News Release 

Herringbone pattern in plant cell walls critical to cell growth

Penn State


IMAGE: The protein CSI1 and the alternating angle of the many layers that make up a cell's wall, creating a herringbone pattern (left), are critical for cell growth. The cell wall... view more 

Credit: Gu Lab, Penn State

Plant cells tend to grow longer instead of wider due to the alignment of the many layers of cellulose that make up their cell walls, according to a new study that may have implications for biofuels research. The study, which appears online Feb. 4 in the Journal of Experimental Botany, reveals that the protein CSI1 and the alternating angle of the cell wall's layers, creating a herringbone pattern, are critical for cell growth.

"When plant cells grow, they tend to expand considerably along their length while not increasing much in width," said Ying Gu, associate professor of biochemistry and molecular biology and co-funded faculty member in the Institutes of Energy and the Environment at Penn State and lead author of the study. "It is generally thought that microtubules--structures that form the "skeleton" of the cell--wrap around the cell like rings on a barrel, restricting growth in width. We wanted to know what regulates growth in the cell's length, and found that the story is more complicated than just rings on a barrel."

The team first confirmed that a protein they had previously identified as important to the creation of cellulose--the main component of cell walls--is also important to cell growth. A mutant form of the model species thale cress, Arabidopsis thaliana, without the protein known as "cellulose synthase interactive 1" (CSI1) showed severely reduced growth, even in the presence of a growth hormone. A follow-up test indicated that this reduced growth may be due to changes to the mutant's cell wall.

"On a whim, one of my graduate students decided to perform a creep test, where plant cells are stretched out under acidic conditions," said Gu. "Acidic conditions usually instigate cell growth, but the mutant lacking CSI1 didn't elongate during the test. This suggested that the issue may be with the cell wall or the cell architecture, which was a surprise."

Plant cell walls are composed of many layers, 10 to 20 in thale cress and 50 to 100 in many other species. Each layer is composed of proteins as well as cellulose microfibers, which are deposited by the cellulose synthase complex, with help from CSI1, as the complex follows along a microtubule. The microfibers in a given layer are deposited at about a 60-degree angle compared to the microfibers in the previous layer. The alternating angles of microfibers in each layer create a herringbone pattern and produce what scientists call crossed-polylamellate walls.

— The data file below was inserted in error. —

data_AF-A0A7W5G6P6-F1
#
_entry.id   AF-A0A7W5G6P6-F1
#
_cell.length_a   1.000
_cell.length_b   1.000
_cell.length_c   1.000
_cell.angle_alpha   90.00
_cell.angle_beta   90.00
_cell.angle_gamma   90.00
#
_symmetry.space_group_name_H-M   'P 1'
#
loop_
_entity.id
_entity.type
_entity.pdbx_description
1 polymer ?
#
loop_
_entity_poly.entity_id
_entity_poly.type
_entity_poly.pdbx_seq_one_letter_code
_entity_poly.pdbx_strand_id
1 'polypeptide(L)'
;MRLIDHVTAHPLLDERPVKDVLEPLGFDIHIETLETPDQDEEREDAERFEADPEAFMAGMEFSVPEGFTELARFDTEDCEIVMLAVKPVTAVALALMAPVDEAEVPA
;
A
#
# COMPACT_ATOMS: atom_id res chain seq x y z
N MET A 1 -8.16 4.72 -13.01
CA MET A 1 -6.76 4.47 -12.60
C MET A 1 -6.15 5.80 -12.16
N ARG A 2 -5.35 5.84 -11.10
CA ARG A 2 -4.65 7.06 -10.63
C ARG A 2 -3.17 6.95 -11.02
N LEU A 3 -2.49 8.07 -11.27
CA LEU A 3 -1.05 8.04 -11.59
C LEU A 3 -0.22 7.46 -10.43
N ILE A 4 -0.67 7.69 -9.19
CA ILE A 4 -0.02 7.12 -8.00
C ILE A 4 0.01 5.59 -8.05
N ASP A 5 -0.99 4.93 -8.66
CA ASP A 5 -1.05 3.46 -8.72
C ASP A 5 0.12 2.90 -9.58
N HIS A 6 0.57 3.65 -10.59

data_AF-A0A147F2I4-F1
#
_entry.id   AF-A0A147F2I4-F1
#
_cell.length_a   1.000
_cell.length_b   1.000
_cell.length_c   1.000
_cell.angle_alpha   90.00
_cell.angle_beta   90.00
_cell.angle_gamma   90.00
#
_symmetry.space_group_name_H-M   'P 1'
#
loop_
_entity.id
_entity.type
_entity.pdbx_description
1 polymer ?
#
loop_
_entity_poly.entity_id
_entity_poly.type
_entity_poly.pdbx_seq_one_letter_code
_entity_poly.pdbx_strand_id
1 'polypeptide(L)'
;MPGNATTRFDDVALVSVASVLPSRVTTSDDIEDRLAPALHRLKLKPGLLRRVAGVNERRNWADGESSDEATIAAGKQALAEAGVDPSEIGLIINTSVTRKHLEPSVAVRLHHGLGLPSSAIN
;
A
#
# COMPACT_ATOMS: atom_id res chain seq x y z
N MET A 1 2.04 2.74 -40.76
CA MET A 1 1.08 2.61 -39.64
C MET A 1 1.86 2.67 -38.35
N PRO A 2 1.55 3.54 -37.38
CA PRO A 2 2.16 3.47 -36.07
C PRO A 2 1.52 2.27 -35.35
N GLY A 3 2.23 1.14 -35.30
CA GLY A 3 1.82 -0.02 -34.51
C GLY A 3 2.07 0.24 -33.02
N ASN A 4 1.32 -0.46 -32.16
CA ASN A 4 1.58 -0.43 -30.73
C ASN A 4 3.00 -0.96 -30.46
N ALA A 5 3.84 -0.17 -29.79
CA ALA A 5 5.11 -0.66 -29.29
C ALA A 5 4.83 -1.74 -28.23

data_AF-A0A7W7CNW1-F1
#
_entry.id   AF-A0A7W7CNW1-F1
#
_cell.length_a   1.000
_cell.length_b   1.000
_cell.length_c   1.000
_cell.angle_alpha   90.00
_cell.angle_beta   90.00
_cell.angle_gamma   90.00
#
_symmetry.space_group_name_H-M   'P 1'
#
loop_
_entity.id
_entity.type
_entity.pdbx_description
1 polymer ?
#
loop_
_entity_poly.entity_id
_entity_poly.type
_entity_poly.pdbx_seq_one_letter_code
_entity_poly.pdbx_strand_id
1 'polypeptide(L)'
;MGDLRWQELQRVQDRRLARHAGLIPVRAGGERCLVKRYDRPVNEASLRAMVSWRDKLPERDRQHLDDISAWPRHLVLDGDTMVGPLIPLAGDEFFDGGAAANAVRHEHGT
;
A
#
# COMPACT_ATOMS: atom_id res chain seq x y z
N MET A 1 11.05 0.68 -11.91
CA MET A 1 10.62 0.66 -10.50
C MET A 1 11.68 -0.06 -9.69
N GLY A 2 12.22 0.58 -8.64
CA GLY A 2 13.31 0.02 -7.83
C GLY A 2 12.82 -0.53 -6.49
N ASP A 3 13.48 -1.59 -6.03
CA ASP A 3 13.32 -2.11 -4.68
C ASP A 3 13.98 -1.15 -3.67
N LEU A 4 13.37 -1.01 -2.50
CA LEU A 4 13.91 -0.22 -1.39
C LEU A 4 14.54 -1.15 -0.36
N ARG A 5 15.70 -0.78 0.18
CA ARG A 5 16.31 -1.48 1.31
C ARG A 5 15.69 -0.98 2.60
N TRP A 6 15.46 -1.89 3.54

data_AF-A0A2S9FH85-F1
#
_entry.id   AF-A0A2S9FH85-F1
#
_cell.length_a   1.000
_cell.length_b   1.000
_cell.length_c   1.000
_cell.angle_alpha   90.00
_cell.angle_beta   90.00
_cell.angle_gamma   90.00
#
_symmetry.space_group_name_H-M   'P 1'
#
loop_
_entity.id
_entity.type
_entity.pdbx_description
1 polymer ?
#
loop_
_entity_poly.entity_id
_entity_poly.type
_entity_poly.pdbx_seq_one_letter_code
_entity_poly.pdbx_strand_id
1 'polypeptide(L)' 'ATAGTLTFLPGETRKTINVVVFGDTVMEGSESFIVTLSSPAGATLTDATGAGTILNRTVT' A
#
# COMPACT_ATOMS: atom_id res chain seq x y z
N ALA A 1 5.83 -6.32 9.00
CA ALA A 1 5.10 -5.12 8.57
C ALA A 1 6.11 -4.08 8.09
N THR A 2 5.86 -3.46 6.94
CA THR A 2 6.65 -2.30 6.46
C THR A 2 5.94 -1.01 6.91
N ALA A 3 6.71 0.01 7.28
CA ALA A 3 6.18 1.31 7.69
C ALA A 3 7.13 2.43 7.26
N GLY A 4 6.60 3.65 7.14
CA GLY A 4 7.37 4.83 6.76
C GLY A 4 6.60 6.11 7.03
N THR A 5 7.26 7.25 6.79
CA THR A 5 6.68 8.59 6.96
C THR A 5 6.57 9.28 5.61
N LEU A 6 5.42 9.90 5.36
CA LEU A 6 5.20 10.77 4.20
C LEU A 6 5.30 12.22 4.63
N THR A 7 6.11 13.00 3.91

"CSI1 acts as a linker protein, helping the cellulose synthase complex deposit microfibers," said Gu. "We thought that without CSI1, microfibers in the mutant would be deposited in random orientations. Instead, we found that the microfibers in each layer were all deposited in the same direction, which was a huge surprise."

The researchers then pharmacologically disrupted the herringbone pattern in a normal plant's cell walls, which prevented cells from growing normally even in the presence of a growth hormone. These results suggest that crossed-polylamellate walls are integral to cell growth in plants.

"It's possible that CSI1 helps initiate the change in angle between layers," said Gu. "We plan to investigate this hypothesis in the future."

Based on their study, the researchers believe that CSI1 and the crossed-polylamellate wall structure are critical to the elongation of cells and suggest that existing theories about cell growth--as well as the analogy of rings on a barrel--are incomplete. Improving understanding of how plant cells build cellulose and cell walls could eventually help scientists more easily break it apart for use in biofuels.


In addition to Gu, the research team also includes Xiaoran Xin, Lei Lei, Yunzhen Zheng, Tian Zhang, Daniel Cosgrove, and Shundai Li at Penn State and Sai Venkatesh Pingali and Hugh O'Neill at the Oak Ridge National Laboratory. The work was supported by the Center for Lignocellulose Structure and Formation at Penn State, an Energy Frontier Research Center funded by the Department of Energy.

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